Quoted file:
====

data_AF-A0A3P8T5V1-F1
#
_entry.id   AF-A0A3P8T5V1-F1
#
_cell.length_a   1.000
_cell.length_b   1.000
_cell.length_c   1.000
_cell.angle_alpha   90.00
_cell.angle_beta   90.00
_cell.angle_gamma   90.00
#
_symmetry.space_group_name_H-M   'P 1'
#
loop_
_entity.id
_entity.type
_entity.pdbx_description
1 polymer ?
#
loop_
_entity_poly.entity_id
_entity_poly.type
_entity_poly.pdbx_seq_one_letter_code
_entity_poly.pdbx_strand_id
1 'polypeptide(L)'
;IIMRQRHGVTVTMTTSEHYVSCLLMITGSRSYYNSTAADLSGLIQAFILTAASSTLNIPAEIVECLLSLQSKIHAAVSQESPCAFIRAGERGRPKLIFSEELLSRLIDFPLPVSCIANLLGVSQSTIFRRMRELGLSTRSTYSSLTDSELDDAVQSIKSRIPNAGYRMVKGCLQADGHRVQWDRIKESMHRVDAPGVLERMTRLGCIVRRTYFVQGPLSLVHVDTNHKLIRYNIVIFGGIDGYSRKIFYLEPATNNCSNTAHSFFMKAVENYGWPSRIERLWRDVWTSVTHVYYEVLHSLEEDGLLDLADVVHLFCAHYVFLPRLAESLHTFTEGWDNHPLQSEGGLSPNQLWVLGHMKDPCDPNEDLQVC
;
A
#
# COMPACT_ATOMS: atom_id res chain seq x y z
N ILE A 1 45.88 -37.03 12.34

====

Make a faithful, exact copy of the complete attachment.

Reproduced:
data_AF-A0A3P8T5V1-F1
#
_entry.id   AF-A0A3P8T5V1-F1
#
_cell.length_a   1.000
_cell.length_b   1.000
_cell.length_c   1.000
_cell.angle_alpha   90.00
_cell.angle_beta   90.00
_cell.angle_gamma   90.00
#
_symmetry.space_group_name_H-M   'P 1'
#
loop_
_entity.id
_entity.type
_entity.pdbx_description
1 polymer ?
#
loop_
_entity_poly.entity_id
_entity_poly.type
_entity_poly.pdbx_seq_one_letter_code
_entity_poly.pdbx_strand_id
1 'polypeptide(L)'
;IIMRQRHGVTVTMTTSEHYVSCLLMITGSRSYYNSTAADLSGLIQAFILTAASSTLNIPAEIVECLLSLQSKIHAAVSQESPCAFIRAGERGRPKLIFSEELLSRLIDFPLPVSCIANLLGVSQSTIFRRMRELGLSTRSTYSSLTDSELDDAVQSIKSRIPNAGYRMVKGCLQADGHRVQWDRIKESMHRVDAPGVLERMTRLGCIVRRTYFVQGPLSLVHVDTNHKLIRYNIVIFGGIDGYSRKIFYLEPATNNCSNTAHSFFMKAVENYGWPSRIERLWRDVWTSVTHVYYEVLHSLEEDGLLDLADVVHLFCAHYVFLPRLAESLHTFTEGWDNHPLQSEGGLSPNQLWVLGHMKDPCDPNEDLQVC
;
A
#
# COMPACT_ATOMS: atom_id res chain seq x y z
N ILE A 1 45.88 -37.03 12.34